Spring showers and summer storms often blow young birds out of their nests — but sometimes the parents do the job.
Either way, it’s human nature to want to help a baby bird on the ground. However, help is not always needed, said Liz Clark, a zookeeper at the Great Bend Brit Spaugh Zoo.
“Sometimes you really do have to let nature take its course,” she said.
The zoo’s raptor rehabilitation program recently released two great horned owls back into nature. Four young kestrels will be released in the near future.
Clark said the owls were nestlings when they were delivered to the zoo in mid-April. They were covered with down feathers and not ready to fly.
“They probably got blown out of their nest,” Clark said. As of last week, “they are both back in the wild where they should be.”
Zoo Supervisor Sara Hamlin noted that two kestrels were delivered to the zoo on June 13 in a section of a power pole — a first for Great Bend’s raptor rehab. Sunflower Electric Power Corporation workers were replacing old power poles in Medicine Lodge when they discovered a kestrel nest inside an old woodpecker nest inside a pole.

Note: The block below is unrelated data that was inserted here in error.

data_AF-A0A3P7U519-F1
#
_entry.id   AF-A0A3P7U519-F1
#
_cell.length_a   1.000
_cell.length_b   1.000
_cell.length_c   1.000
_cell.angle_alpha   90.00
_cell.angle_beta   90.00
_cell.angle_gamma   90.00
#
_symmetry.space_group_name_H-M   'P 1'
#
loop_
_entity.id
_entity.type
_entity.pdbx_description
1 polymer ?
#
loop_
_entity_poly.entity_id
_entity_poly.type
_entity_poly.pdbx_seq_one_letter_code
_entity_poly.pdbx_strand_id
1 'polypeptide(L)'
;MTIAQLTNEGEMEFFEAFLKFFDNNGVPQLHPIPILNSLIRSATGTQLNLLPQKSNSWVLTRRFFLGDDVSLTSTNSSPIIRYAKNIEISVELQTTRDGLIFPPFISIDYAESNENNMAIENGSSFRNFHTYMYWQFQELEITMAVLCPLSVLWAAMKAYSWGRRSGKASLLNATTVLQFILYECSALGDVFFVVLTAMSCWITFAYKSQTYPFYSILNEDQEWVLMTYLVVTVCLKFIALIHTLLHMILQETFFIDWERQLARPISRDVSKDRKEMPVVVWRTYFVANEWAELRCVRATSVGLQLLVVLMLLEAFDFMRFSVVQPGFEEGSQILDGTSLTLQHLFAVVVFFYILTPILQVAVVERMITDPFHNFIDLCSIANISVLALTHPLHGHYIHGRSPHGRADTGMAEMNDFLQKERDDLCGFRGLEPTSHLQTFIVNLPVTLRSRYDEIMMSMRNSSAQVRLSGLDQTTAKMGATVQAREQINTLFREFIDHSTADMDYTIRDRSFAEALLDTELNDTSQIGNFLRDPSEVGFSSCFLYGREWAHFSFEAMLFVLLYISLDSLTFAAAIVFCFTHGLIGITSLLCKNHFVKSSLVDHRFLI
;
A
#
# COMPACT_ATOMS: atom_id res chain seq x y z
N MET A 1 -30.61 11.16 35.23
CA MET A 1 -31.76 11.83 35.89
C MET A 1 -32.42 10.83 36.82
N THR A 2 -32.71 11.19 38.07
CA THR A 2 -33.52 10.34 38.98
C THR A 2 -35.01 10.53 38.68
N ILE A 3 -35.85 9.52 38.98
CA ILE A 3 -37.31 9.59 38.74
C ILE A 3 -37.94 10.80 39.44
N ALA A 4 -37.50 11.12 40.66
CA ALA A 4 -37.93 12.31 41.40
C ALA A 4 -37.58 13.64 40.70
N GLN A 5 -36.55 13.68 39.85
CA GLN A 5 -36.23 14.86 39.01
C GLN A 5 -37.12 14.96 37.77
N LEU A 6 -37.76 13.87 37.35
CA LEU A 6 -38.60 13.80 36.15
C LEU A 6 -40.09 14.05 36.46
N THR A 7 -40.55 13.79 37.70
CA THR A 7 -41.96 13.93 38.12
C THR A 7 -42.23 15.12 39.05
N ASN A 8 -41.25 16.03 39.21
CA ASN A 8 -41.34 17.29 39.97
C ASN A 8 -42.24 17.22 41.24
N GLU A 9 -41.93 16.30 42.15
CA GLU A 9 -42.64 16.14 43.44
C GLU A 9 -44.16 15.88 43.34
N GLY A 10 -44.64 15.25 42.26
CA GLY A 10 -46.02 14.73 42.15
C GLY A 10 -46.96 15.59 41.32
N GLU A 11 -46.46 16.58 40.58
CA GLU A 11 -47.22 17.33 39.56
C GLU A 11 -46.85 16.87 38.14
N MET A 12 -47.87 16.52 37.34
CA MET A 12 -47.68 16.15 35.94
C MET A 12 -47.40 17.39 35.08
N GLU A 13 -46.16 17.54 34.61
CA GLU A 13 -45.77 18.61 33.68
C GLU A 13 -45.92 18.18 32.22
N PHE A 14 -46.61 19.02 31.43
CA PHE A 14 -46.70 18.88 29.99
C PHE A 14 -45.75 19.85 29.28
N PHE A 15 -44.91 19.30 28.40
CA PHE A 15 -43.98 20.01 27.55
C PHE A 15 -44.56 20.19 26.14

“They weren’t able to safely remove the chicks on their own so they brought us the section of pole with the chicks inside,” Hamlin said. “We were able to enlarge the entrance and safely remove the chicks. The chicks appear to be in good condition and as soon as their feathers have finished developing we are confident that we will be able to release them.”
Two additional kestrels were found during a baseball tournament at Veterans Memorial Park, Clark said. All of the birds will be released soon.
Earlier this year, the U.S. Department of Defense awarded Boise State University biological sciences researchers a four-year, $1.7 million grant to monitor the effects of climate change on American kestrels and develop a modeling system that can be used broadly to predict how other avian species will react to changes in weather patterns. Great Bend’s zoo will take part in the Iowa study by sending breast feathers from this year’s nestlings.
Clark said the top three species delivered to the raptor rehab are owls, kestrels and Mississippi kites. The kites will be hatching soon, she added.